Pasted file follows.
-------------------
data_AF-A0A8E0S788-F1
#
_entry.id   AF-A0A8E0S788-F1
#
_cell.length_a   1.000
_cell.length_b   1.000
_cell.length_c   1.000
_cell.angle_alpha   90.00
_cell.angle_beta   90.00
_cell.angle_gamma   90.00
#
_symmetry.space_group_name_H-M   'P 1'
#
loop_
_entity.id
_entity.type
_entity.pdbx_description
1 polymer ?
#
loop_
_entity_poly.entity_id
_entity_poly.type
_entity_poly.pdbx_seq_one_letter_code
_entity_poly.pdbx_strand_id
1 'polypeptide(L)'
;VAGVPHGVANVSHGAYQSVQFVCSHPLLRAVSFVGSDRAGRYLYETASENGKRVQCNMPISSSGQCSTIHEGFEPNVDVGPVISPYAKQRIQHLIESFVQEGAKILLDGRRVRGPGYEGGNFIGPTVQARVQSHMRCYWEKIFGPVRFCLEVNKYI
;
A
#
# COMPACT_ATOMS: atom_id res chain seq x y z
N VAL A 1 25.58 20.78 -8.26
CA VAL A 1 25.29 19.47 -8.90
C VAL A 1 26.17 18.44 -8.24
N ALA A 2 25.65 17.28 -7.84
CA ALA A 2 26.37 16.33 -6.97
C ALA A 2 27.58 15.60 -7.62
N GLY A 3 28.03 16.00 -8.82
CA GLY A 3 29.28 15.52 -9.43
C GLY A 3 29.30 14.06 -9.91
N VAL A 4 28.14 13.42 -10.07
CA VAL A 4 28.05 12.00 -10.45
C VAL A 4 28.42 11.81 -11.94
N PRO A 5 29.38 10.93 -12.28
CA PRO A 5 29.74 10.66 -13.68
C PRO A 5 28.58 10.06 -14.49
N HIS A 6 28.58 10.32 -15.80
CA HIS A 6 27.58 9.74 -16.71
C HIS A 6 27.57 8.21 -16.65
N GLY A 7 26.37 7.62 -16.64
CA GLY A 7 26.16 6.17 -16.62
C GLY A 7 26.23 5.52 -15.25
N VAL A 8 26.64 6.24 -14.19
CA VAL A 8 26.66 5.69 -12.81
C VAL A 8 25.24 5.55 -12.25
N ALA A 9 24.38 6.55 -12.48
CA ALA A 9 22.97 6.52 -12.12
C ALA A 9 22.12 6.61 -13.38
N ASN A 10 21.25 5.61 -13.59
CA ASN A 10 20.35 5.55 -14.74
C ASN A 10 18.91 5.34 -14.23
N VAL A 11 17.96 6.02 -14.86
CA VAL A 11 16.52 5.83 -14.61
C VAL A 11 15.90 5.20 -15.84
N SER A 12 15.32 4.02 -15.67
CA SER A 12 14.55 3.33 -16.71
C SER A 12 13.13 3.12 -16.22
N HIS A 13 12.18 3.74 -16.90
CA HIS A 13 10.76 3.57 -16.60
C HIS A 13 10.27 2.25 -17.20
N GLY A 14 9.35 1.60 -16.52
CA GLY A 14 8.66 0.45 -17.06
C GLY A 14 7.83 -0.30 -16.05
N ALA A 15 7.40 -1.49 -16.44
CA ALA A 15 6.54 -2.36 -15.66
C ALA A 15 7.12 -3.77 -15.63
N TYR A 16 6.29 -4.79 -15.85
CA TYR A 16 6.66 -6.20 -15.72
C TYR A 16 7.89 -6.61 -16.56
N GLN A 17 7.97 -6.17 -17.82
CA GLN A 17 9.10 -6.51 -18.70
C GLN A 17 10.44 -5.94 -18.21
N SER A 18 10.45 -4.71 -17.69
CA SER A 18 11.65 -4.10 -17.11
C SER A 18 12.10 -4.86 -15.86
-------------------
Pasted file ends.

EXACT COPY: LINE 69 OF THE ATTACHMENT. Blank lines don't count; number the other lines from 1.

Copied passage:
C HIS A 13 10.27 2.25 -17.20